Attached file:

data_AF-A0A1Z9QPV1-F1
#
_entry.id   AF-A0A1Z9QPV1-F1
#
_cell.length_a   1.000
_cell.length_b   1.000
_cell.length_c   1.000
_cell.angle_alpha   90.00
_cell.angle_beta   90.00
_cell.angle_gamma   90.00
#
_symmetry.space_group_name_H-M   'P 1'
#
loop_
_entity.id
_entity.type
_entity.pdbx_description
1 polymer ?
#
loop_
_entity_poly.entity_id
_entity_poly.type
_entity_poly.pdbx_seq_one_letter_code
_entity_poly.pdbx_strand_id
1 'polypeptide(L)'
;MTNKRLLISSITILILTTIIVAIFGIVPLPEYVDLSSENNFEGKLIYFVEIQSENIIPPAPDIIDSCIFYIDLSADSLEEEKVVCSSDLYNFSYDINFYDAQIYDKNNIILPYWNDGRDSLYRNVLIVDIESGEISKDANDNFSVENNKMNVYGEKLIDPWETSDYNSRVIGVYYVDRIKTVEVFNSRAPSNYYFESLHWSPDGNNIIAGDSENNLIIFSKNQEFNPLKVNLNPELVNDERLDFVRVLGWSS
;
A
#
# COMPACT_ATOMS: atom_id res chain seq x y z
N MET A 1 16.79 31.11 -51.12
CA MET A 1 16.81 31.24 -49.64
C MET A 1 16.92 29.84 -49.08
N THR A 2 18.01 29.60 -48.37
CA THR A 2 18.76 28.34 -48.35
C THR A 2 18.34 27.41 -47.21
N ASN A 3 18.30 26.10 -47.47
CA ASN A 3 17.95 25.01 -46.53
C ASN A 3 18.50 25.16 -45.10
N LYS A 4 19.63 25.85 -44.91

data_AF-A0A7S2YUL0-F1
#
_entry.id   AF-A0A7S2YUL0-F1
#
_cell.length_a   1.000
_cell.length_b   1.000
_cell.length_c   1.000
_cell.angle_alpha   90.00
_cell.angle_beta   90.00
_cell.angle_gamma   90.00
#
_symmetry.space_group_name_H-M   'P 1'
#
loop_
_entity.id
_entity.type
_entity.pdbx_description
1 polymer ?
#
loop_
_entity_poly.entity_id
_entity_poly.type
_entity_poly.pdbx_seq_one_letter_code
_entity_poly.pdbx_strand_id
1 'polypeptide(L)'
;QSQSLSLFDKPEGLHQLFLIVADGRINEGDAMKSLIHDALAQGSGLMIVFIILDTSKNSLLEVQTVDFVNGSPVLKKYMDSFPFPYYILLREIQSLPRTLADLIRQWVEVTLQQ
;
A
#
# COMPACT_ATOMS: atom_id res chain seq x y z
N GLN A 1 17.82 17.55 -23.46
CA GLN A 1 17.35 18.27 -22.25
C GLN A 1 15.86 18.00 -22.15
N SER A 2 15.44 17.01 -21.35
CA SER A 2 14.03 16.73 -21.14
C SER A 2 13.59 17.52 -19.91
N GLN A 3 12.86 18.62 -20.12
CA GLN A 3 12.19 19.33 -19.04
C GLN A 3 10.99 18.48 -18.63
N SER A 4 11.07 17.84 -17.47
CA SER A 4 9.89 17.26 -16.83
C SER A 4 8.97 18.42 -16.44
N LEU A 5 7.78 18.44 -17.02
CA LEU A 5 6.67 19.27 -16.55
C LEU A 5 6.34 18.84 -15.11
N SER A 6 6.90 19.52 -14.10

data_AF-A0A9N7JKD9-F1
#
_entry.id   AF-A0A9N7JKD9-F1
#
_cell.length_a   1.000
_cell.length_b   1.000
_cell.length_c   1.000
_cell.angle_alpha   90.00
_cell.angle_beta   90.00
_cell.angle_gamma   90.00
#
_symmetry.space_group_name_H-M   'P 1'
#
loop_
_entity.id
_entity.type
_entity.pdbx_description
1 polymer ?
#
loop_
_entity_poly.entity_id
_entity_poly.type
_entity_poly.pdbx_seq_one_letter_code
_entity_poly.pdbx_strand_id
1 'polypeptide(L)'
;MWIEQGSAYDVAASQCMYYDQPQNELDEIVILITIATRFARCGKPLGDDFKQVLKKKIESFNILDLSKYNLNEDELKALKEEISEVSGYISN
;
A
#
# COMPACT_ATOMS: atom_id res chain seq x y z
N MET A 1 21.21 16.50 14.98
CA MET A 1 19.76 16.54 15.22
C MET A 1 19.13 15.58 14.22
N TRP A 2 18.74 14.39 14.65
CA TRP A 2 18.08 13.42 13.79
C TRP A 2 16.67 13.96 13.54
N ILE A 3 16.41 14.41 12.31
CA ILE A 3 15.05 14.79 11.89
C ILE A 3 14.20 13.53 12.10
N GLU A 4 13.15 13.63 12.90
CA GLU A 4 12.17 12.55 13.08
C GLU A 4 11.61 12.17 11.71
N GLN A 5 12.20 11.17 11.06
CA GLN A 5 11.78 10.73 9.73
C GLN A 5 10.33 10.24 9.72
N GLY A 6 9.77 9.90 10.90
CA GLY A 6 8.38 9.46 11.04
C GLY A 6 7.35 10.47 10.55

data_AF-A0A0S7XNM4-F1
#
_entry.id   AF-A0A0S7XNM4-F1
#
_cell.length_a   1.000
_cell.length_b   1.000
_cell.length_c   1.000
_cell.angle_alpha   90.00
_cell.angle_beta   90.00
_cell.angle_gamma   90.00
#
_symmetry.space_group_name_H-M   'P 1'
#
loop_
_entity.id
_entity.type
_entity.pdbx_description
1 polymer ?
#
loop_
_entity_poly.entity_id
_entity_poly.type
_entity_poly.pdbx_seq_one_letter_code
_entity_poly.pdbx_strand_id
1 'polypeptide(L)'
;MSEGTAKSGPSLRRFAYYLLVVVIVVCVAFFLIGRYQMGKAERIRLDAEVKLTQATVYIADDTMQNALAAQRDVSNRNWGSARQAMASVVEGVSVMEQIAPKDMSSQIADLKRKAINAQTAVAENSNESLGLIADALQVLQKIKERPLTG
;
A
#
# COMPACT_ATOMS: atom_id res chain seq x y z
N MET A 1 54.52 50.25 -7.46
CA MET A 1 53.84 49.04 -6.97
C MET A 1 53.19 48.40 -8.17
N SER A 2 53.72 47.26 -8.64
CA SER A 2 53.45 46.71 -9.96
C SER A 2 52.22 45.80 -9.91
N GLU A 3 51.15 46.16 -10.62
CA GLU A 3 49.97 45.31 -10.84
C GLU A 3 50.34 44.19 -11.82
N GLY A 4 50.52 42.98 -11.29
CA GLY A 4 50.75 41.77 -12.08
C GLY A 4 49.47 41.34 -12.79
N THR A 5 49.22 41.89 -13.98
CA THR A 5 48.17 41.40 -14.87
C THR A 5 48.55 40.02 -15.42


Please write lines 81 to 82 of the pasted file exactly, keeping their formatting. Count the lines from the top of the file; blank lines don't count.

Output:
CA SER A 4 9.89 17.26 -16.83
C SER A 4 8.97 18.42 -16.44